Do you practice careful and serious reading? This is the ultimate question I have come to ask when someone claims to have read the book and clearly I find out s(he) meant to say "eyes went" instead of "mind went" through the content of the book. There is a difference between "becoming familiar" and "digesting" a topic.

When you carefully read a book you take notes. I personally do not like to highlight books as the highlighters I have seen so far as of December 2014 will literally ruin the book. I think taking notes not only help with deep understanding of the content but ultimately it becomes a great summary for further "quick reference".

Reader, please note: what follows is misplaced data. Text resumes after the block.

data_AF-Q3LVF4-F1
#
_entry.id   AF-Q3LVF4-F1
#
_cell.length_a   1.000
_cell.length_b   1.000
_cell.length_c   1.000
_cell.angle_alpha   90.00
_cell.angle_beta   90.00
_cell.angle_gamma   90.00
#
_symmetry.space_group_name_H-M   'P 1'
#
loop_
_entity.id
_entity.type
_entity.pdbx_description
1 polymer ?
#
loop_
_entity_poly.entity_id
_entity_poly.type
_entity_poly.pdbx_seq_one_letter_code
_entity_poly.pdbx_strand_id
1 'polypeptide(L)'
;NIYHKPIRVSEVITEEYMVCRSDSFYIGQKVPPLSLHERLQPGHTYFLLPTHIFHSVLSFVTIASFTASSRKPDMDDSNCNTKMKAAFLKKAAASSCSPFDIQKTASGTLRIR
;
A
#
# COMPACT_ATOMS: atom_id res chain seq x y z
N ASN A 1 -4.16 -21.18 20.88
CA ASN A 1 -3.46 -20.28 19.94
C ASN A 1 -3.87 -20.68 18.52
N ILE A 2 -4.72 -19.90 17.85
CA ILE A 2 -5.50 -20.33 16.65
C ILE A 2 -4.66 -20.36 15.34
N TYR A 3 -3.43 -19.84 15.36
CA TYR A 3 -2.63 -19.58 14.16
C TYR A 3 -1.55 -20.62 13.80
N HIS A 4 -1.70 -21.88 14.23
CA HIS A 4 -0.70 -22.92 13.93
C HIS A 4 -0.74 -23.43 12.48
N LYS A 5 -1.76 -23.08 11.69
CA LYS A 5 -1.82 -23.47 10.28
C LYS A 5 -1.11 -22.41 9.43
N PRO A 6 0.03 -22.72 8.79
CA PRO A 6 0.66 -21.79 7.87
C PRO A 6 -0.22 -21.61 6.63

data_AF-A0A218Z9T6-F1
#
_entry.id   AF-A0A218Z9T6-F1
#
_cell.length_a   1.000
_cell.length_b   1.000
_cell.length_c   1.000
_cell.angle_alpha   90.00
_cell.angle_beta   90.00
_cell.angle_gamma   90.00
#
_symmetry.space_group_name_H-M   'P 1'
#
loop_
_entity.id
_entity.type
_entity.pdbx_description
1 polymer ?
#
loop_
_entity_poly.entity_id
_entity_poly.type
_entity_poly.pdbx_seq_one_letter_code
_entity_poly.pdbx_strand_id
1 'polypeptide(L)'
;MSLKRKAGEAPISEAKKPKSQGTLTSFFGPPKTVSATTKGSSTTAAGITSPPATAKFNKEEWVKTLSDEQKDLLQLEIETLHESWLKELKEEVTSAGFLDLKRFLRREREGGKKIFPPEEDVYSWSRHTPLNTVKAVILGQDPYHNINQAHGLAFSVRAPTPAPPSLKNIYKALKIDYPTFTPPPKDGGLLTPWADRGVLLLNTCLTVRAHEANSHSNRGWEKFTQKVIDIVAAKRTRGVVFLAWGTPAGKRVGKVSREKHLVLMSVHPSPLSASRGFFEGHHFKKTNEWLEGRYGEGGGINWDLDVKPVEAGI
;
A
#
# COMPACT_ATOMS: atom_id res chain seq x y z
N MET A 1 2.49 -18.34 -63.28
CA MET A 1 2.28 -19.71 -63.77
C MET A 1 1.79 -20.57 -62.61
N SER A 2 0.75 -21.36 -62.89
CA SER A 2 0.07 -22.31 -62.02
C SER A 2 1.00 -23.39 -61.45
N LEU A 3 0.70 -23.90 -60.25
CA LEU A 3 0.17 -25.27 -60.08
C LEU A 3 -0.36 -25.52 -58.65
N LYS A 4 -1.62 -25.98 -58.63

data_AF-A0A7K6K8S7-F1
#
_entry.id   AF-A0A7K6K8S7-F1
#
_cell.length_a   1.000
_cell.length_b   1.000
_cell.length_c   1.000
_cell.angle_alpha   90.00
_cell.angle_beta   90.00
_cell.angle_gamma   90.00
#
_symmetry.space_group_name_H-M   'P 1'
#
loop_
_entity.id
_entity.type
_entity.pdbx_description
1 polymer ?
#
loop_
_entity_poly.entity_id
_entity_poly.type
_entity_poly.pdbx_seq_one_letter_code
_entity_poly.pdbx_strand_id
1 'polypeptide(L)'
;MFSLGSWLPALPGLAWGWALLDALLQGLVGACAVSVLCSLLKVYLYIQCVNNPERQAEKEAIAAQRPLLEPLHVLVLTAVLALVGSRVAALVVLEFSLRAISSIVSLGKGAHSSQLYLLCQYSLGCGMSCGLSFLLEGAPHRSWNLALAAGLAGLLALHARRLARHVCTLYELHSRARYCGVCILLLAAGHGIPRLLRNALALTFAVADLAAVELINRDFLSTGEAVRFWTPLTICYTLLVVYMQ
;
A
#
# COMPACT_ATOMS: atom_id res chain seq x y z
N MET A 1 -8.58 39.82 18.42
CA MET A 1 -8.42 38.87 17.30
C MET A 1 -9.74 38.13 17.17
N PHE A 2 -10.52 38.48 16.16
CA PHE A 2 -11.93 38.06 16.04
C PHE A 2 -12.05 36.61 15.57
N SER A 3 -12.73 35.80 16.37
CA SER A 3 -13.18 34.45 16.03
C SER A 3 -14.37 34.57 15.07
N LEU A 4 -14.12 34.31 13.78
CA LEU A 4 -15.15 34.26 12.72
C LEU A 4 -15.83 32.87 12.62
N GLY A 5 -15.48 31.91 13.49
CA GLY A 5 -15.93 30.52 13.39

When you seriously read a book you know what you disagree and agree upon, you are not in a sofa distracted by familiar sounds. You are in a quite space, fully concentrated in receiving a message, processing the message and coming up with your own conclusions, questions and ultimately must importantly answers to the unknown which now suddenly becomes part of your personal wisdom.

It is discouraging to sustain a debate around a book content when there is not careful and serious reading. In my opinion "reading" when it comes to a specific subject matter means "studying" and of course you can only claim you have studied a subject if you have carefully and seriously read the related material. Seeing a book is not the same as looking into a book. Listening to an audio book content is not the same as hearing it.

Thursday, December 18, 2014

How to SVN diff local agaist newer revision of item